When Democrats question Supreme Court nominee Neil Gorsuch at his Senate confirmation hearing next week, they'll probably ask a lot about something called "Chevron deference."
For the record, it is not about letting someone ahead of you in line at the gas station. But it is a legal concept Gorsuch has addressed as a judge on the 10th U.S. Circuit Court of Appeals in Denver since 2006.
What you should know about Chevron deference, and why it is such a big deal:
CHEVRON AND GORSUCH
The basic idea is that Congress writes laws that often aren't crystal clear. It leaves the details to federal agencies when it comes to things such as environmental regulations, workplace standards, consumer protections and even immigration law.
The Supreme Court's 1984 ruling in Chevron v. NRDC says that in those situations, often murky, courts should rely on the experts at the Environmental Protection Agency and other agencies to fill in the gaps. The opinion by Justice John Paul Stevens has been cited more than 15,000 times.
Gorsuch is part of a growing conservative legal movement that questions the idea that judges should essentially step aside and let the agencies have their way. He has written favorably about a big change in the law that would give judges more power and potentially make it harder to sustain governmental regulations.
Writing in a case involving immigration law last year, Gorsuch noted that court decisions "permit executive bureaucracies to swallow huge amounts of core judicial and legislative power and concentrate federal power in a way that seems more than a little difficult to square with the Constitution of the framers' design. Maybe the time has come to face the behemoth."
That view seemed to pick up support from Justice Samuel Alito when he spoke to a conservative group in Southern California in early February. Alito pointed to "a massive shift of lawmaking from the elected representatives of the people to unelected bureaucrats" that is a product of the high court's willingness to give regulators wide latitude.
Justice Clarence Thomas also is skeptical of the Chevron decision's validity.
THE PARTISAN DIVIDE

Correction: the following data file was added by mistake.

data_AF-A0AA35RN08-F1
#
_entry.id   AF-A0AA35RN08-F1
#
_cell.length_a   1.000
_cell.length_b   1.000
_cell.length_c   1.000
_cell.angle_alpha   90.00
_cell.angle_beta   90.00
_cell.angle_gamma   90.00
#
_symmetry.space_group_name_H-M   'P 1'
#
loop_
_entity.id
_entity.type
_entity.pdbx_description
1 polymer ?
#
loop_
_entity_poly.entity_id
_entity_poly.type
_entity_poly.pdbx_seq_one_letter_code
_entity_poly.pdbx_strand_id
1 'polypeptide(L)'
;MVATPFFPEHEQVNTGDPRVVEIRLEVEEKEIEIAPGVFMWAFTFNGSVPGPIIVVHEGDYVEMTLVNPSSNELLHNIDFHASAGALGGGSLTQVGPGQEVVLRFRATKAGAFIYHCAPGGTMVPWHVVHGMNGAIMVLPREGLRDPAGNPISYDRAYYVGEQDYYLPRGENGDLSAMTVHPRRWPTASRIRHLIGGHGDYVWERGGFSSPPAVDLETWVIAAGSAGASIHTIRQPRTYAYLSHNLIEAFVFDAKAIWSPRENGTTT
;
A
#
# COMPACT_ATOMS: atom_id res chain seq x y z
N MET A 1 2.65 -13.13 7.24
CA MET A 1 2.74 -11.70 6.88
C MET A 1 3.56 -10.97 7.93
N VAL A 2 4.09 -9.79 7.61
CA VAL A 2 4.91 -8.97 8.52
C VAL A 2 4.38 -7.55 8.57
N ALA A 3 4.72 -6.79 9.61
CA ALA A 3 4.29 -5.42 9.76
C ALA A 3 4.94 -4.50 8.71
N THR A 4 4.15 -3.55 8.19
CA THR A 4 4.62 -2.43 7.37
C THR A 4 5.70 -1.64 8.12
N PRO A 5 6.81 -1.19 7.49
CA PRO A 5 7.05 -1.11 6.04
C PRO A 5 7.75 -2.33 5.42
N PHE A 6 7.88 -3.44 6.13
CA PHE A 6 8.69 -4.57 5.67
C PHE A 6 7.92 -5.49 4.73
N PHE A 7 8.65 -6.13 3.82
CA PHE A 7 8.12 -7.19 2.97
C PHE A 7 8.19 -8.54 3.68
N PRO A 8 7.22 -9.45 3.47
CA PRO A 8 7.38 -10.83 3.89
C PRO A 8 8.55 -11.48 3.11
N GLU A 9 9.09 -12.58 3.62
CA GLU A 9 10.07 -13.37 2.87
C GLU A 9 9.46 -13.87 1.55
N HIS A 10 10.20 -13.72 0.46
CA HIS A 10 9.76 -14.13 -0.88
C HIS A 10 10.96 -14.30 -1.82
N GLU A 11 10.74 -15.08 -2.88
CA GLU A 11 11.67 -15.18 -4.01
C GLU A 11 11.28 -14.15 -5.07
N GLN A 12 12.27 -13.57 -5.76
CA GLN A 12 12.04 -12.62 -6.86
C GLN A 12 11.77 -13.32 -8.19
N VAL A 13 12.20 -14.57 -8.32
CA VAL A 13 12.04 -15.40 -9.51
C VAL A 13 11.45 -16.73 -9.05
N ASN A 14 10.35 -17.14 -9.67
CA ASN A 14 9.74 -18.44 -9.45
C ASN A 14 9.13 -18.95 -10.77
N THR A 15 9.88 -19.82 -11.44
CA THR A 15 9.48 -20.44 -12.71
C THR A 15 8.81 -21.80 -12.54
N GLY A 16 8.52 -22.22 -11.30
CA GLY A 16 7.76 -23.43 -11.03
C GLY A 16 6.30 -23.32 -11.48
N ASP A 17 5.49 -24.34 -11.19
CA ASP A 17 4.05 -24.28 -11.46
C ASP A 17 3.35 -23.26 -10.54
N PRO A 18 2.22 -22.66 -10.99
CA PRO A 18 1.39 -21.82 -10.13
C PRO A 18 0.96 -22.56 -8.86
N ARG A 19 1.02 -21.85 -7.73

This kind of talk from Supreme Court justices and appellate judges worries advocates for regulation of business practices across a wide swath of the American economy.
"You would destroy the ability of Congress to legislate and agencies to administer, and you'd have no predictability for citizens to anticipate what they can and can't do. There's no way Congress can anticipate every situation or rule in every situation. That's why we set out broad rules," Democratic Rep. Jerrold Nadler of New York said in an interview.
More than 100 civil rights organizations that oppose Gorsuch's nomination include his views on the Chevron decision in their complaints about him. "He would relegate this vital precedent to the dustbin of history because it disfavors the corporate interests he championed as a lawyer and as a judge," the groups wrote in a letter to the Senate Judiciary Committee.
On the other side of the spectrum, some conservatives have hailed Gorsuch's opinion that called the Chevron doctrine into question. "It is one of the most prescient, comprehensive dissections of the doctrine that I've ever read," C. Boyden Gray, a former White House counsel, said earlier this month at a Heritage Foundation event on Gorsuch's nomination.
Republicans in Congress also share this disdain for handing so much power to regulatory agencies. The House of Representatives already has approved legislation on a near party-line vote that would override the Chevron decision and require courts to decide for themselves what statutes mean. Its prospects in the Senate are uncertain.
Some experts in administrative law said Gorsuch's vote on the Supreme Court probably would not lead to a wholesale reversal, but could make the court pickier about when to defer to agencies.
Even now, the court does not always rely on the Chevron opinion. In its 2015 decision that upheld the Obama health overhaul's financial aid to middle- and low-income Americans to help them pay for health insurance, the justices pointedly refused to defer to the Internal Revenue Service's interpretation of provisions dealing with tax credits. But Chief Justice John Roberts said in his majority opinion that a ruling for the challengers would lead to a "calamitous result" that Congress could not have intended.
"Congress passed the Affordable Care Act to improve health insurance markets, not to destroy them," Roberts wrote.
The court's insistence on evaluating the health care law on its own — without deferring to the IRS — actually has worked to the benefit of supporters of the health care law, said Notre Dame law professor Jeffrey Pojanowski.
Had the court relied on the Chevron case, President Donald Trump would have had more freedom to undo parts of the law without Congress weighing in, he said.
A court that is less willing to defer to agencies could act as a brake against the Trump administration to the extent it relies on agency action instead of legislation to advance its agenda, Pojanowski said.
Still, any short-term gains for liberals during Trump's administration are sure to be outweighed over time, said Pamela Karlan, a Stanford University law professor and former Obama Justice Department official.
"Supreme Court justices are on the court for a good long time. Putting a justice on the Supreme Court who doesn't believe in any kind of deference to agency decisions means that even if five, 10, 15 or 40 years from now, the Democratic Party is in control of the White House and progressives are in control of administrative agencies, somebody who doesn't believe in deference may continue to override the will of the people on these things," Karlan said.